Efficiency and Inheritance of Targeted Mutagenesis in Maize Using CRISPR-Cas9
Journal Article / 2016
Zhu, Jinjie; Song, Ning; Sun, Silong; Yang, Weilong; Zhao, Haiming; Song, Weibin; Lai, Jinsheng
CRISPR/Cas (clustered regularly interspaced short palindromic repeats/CRISPR-associated proteins) is an adaptive immune system in bacteria and archaea to defend against invasion from foreign DNA fragments. Recently, it has been developed as a powerful targeted genome editing tool for a wide variety of species. However, its application in maize has only been tested with transiently expressed somatic cells or with a limited number of stable transgenic T0 plants. The exact efficiency and specificity of the CRISPR/Cas system in the highly complex maize genome has not been documented yet. Here we report an extensive study of the well-studied type II CRISPR-Cas9 system for targeted genome editing in maize, with the codon-optimized Cas9 protein and the short non-coding guide RNA generated through a functional maize U6 snRNA promoter. Targeted gene mutagenesis was detected for 90 loci by maize protoplast assay, with an average cleavage efficiency of 10.67%. Stable knockout transformants for maize phytoene synthase gene (PSY1) were obtained. Mutations occurred in germ cells can be stably inherited to the next generation. Moreover, no off-target effect was detected at the computationally predicted putative off-target loci. No significant difference between the transcriptomes of the Cas9 expressed and non-expressed lines was detected. Our results confirmed that the CRISPR-Cas9 could be successfully applied as a robust targeted genome editing system in maize.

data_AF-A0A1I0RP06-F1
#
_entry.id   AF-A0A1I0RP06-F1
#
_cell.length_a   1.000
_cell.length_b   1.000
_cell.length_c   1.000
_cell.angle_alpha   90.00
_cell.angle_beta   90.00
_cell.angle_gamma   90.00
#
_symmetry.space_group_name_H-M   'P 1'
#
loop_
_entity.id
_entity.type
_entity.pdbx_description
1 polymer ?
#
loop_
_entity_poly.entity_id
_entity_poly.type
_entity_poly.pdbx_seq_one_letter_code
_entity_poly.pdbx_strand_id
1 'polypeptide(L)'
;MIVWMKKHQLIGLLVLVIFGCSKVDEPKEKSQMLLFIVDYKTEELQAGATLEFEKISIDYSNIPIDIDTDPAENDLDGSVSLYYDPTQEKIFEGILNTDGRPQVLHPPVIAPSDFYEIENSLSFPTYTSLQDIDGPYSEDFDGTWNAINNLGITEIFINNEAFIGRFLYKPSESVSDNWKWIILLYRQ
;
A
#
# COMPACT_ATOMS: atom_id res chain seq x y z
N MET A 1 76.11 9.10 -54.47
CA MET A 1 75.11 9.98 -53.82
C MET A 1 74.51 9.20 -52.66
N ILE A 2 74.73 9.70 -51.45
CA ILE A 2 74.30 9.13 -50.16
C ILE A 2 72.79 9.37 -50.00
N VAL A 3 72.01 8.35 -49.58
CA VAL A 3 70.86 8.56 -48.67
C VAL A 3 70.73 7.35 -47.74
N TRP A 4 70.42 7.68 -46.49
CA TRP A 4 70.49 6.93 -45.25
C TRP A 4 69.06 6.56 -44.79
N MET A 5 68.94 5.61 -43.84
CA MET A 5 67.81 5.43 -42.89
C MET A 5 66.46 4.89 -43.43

|Plant Species||GE Technique
Type of Alteration
|Progress in Research